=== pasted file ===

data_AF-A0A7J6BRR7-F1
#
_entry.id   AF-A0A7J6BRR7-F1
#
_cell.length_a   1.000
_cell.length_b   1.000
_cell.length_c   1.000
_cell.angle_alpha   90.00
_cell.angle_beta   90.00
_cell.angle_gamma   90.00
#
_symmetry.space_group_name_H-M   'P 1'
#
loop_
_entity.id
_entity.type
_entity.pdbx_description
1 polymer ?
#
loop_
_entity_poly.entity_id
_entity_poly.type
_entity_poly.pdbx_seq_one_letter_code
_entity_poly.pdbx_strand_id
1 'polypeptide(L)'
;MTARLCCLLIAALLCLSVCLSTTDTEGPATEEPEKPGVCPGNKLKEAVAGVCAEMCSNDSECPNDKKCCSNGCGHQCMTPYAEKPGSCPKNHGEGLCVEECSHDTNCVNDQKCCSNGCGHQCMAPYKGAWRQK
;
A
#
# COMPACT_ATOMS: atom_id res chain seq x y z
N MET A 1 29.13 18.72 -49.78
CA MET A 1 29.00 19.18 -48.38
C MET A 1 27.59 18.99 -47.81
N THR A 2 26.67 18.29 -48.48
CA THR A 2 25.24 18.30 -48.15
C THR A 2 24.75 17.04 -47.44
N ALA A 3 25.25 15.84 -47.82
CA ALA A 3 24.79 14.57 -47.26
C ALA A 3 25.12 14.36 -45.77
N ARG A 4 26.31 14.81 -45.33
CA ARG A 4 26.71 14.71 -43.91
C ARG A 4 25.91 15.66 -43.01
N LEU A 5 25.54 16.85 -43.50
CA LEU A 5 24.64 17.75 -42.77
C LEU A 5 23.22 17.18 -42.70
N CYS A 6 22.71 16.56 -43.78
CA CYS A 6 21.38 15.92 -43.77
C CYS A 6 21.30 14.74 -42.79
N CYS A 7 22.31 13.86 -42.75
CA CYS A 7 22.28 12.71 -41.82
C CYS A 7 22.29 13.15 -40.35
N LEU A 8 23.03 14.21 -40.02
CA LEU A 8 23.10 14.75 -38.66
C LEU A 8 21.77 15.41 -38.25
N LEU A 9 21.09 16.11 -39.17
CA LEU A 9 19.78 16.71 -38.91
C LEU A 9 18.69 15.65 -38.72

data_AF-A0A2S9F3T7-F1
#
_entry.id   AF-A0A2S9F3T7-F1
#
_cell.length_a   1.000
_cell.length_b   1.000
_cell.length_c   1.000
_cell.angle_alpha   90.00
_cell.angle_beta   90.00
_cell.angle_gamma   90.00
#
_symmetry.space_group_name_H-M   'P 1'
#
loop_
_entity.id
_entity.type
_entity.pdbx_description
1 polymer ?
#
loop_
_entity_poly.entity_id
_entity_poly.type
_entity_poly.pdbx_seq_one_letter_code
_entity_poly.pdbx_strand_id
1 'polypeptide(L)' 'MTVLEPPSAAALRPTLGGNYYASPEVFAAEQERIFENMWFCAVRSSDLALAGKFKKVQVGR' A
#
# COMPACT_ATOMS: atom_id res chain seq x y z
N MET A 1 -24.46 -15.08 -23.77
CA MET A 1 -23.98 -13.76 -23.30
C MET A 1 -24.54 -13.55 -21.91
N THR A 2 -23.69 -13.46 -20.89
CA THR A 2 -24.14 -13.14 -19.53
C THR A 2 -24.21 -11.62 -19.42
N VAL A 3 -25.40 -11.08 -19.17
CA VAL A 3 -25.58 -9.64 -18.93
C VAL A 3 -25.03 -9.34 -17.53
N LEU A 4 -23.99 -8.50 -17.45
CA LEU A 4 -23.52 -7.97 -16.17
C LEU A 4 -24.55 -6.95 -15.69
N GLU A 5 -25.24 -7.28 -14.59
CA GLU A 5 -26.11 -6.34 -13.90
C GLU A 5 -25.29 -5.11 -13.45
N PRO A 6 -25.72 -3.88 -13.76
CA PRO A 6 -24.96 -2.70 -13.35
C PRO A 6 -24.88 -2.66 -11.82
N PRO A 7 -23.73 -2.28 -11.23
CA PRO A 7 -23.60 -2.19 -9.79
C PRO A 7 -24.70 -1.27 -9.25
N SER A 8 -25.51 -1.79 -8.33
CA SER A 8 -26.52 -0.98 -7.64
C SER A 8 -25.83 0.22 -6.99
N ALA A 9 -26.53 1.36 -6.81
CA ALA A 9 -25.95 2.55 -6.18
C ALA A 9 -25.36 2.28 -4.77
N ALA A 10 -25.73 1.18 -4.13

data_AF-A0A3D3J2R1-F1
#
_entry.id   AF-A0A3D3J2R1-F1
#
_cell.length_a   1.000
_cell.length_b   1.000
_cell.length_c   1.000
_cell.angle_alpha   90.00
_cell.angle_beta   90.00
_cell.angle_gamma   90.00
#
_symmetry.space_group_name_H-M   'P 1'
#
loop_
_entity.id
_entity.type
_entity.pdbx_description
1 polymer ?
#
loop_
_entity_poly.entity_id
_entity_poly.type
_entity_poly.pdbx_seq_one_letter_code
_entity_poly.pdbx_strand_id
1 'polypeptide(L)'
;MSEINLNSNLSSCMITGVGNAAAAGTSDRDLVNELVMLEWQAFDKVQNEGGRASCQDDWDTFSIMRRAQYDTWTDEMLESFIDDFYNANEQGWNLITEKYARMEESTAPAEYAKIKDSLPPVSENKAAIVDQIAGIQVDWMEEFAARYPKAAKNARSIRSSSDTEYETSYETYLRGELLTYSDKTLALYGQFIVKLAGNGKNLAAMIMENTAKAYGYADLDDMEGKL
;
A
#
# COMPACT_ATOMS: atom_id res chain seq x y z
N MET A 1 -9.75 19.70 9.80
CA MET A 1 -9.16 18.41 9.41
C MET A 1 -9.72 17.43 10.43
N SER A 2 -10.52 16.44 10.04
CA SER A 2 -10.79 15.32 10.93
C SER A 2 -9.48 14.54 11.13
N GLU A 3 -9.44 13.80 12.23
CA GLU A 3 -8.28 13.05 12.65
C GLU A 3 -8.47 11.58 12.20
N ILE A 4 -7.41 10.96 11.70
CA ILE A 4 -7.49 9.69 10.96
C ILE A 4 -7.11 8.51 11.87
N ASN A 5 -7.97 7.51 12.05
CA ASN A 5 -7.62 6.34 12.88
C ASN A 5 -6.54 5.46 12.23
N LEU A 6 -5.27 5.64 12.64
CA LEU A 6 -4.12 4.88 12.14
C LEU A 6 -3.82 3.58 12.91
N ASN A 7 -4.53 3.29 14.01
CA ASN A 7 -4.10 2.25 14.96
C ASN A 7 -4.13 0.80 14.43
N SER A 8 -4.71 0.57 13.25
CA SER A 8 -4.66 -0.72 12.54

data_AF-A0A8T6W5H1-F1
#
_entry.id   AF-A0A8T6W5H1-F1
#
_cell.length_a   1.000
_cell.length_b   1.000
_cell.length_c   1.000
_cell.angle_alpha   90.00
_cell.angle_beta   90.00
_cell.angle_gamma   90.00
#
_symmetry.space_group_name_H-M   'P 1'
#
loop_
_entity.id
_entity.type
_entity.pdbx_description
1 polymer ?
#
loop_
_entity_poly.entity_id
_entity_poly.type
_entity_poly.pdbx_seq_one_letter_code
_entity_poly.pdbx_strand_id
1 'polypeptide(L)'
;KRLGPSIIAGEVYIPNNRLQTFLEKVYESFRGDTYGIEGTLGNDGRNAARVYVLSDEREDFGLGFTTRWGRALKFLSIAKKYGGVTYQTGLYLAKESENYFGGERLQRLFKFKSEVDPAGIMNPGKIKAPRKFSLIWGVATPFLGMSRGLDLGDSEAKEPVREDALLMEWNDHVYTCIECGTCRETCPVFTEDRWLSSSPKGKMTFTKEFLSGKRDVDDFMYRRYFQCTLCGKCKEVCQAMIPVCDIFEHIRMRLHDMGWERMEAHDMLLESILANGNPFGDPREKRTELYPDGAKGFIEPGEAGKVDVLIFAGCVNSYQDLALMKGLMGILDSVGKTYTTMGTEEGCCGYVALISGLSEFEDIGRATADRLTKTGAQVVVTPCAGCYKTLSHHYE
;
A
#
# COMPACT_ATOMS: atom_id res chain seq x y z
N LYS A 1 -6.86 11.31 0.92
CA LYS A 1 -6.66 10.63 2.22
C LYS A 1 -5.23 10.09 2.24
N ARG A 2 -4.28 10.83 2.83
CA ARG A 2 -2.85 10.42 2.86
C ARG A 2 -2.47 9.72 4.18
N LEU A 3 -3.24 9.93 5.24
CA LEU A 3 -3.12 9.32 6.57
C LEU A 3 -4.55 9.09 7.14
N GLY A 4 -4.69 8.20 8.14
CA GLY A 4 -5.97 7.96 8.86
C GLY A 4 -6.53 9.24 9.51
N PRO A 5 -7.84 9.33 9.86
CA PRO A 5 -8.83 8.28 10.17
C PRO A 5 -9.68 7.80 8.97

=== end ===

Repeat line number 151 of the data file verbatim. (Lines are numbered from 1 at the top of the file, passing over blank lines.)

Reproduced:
C GLU A 3 -8.47 11.58 12.20